House Ways and Means Committee chairman Rep. Paul Ryan (R-WI) is making the necessary preparations to become Speaker of the U.S. House of Representatives later this week.
According to the Washington Post, he has tapped D.C. powerbroker David Hoppe to become his chief of staff, assuming he wins next week. There is expected to be some resistance to Ryan’s efforts to ascend, but since the House Freedom Caucus has abandoned its original principles in negotiating for a House Speaker, it’s unlikely Ryan will be stopped from his ascension to the position.
“The hiring was finalized after Hoppe and Ryan, both Wisconsin natives and proteges of the late New York congressman Jack Kemp, had conversations about Ryan’s desire to staff the speaker’s office with seasoned aides who are also deeply familiar with conservatism, according to people briefed on the talks,” the Washington Post’s Bob Costa writes.
Senior conservative movement leaders tell Breitbart News they are wary of a lobbyist, but Hoppe does have a somewhat decent relationship with those connected to the ouster of outgoing House Speaker John Boehner. While none are criticizing him on record as of yet, they are skeptical this is going to work—but are open to the possibility. Hoppe is going to need to aggressively make overtures to conservatives quickly if he is going to be able to secure the position and help Ryan with his ascension to power instead of battling his own history much like Ryan has had to do—and much like Ryan will continue to have to do moving forward.
“As Ryan moves toward the speakership, the people added, he is eager to sustain the amicable relationships he has built with hard-right factions within the conference, such as the House Freedom Caucus,” Costa wrote. “In Hoppe, a former vice president at the Heritage Foundation and a former aide to House conservatives, he sees a confidant as well as a liaison to leadership-wary backbenchers.”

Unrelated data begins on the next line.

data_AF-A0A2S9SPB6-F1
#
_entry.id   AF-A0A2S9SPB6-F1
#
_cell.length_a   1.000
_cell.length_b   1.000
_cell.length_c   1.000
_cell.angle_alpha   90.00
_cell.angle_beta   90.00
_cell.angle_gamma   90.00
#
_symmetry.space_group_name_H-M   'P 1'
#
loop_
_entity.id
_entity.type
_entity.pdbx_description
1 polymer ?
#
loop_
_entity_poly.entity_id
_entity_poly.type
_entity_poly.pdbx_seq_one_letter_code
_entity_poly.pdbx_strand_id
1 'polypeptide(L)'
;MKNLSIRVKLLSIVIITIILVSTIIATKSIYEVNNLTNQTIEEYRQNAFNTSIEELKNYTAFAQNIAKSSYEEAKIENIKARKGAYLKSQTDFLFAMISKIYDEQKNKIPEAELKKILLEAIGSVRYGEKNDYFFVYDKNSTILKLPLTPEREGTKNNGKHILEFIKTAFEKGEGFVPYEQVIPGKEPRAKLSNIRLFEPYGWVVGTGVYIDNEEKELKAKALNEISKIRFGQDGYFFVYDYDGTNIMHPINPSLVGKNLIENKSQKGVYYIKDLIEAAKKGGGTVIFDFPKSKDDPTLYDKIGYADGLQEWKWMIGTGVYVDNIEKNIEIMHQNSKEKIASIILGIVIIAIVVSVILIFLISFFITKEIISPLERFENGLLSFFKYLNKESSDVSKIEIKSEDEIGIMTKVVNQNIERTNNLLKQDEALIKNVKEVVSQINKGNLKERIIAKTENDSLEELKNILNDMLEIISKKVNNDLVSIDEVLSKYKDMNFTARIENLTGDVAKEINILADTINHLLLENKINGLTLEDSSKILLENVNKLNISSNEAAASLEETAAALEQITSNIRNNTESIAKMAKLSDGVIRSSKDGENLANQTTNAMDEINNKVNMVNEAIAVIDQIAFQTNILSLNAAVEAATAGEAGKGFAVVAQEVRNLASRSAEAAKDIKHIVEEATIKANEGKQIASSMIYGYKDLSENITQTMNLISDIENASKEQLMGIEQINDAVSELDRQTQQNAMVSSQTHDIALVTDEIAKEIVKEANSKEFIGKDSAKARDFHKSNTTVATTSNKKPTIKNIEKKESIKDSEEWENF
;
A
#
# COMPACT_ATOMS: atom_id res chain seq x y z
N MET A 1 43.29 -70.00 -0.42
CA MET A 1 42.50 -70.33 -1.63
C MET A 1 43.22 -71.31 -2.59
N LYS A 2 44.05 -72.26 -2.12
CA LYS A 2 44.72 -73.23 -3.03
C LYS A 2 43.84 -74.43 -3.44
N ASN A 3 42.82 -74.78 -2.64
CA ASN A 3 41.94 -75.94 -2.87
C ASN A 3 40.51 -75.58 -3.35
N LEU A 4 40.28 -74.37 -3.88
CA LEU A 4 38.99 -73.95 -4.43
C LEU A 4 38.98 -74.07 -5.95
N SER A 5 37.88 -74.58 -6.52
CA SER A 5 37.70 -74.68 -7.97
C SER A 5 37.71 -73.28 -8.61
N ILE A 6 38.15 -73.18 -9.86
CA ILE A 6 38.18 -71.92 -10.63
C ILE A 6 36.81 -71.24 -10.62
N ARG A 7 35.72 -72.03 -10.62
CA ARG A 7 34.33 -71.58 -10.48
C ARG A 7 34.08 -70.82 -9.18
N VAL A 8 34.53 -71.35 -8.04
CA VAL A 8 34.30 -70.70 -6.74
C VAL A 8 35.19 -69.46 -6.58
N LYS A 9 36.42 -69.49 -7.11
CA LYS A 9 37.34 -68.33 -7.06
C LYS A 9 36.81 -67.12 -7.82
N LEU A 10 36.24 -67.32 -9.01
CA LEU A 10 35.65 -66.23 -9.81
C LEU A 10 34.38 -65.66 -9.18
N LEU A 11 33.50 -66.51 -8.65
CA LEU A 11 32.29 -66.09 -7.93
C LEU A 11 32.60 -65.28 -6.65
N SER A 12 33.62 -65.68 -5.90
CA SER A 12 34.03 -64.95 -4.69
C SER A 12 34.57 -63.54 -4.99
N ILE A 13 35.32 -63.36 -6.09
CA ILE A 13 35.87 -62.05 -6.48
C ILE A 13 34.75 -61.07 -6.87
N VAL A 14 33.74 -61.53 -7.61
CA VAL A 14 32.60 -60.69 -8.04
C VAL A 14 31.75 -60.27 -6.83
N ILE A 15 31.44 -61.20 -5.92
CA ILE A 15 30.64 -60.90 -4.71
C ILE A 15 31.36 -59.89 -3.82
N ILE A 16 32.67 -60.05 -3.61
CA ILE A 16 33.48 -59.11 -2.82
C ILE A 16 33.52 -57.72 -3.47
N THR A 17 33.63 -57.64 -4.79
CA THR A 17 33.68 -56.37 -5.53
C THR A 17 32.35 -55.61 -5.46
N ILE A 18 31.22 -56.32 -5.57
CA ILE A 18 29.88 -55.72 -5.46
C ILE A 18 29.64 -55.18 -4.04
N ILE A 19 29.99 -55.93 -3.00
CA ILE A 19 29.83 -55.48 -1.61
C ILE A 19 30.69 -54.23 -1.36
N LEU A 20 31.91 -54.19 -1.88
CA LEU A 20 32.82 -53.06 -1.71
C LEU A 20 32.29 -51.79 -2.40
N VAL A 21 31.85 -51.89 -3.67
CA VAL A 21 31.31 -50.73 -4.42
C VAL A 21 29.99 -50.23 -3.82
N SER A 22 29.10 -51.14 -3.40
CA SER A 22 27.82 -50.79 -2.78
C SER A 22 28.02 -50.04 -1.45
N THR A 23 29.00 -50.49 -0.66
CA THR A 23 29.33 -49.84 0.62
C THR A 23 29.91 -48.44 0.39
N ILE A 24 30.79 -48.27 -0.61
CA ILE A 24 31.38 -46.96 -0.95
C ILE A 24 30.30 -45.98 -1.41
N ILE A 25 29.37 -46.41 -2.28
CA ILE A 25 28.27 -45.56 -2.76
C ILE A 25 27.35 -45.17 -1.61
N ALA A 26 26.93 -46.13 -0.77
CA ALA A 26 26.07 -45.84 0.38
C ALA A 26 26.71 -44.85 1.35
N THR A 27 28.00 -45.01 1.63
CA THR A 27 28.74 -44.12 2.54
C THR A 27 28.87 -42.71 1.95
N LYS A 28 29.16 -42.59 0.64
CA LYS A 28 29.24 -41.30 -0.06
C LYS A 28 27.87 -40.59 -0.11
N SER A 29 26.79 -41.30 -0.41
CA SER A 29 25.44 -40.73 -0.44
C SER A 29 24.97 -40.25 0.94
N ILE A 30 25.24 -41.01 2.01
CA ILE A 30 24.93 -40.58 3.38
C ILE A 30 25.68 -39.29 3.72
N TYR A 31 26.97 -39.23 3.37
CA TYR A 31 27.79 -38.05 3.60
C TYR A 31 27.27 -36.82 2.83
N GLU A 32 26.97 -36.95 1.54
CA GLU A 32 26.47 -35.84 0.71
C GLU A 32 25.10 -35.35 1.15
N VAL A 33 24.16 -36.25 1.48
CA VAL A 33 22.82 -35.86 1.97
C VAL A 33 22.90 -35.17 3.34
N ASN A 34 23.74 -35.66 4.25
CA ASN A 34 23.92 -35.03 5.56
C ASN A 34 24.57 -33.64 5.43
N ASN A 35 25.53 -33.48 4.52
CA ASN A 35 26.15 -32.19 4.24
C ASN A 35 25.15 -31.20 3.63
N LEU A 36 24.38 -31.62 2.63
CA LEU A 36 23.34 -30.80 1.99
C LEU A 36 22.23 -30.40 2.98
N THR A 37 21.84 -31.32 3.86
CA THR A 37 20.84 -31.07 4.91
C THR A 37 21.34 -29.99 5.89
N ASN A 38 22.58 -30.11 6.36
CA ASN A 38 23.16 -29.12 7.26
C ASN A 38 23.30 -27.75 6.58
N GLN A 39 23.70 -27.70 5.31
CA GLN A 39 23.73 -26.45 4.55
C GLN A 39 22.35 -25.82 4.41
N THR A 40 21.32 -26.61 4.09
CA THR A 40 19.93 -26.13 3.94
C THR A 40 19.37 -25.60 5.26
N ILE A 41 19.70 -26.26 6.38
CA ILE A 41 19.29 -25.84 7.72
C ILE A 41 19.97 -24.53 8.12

While much of the media focus in recent weeks has been on the illusion of influence the House Freedom Caucus has had in recent months, the only reason that group has power is because of its membership numbers. There are influential conservatives outside the Freedom Caucus, and because of the group’s decision to cave on its principles and sort of back Ryan—they issued a statement saying while they didn’t reach the 80 percent necessary threshold to endorse him, that a supermajority in the group would support him—there is talk among the conservative movement of it potentially disbanding or restructuring as conservatives look for new ways to form another more influential conservative caucus and repair the damage the Freedom Caucus has done to the movement.
Some are looking to Rep. Steve King (R-IA), the chairman of the House’s Conservative Opportunity Society, to pick up the reins of the conservative movement in the House now that the Freedom Caucus has failed the constituents of its membership. At this time, however, the Freedom Caucus’ executive director Steve Chartan refused to answer when Breitbart News asked if it will continue to operate and meet now that it has surrendered much of its relevancy.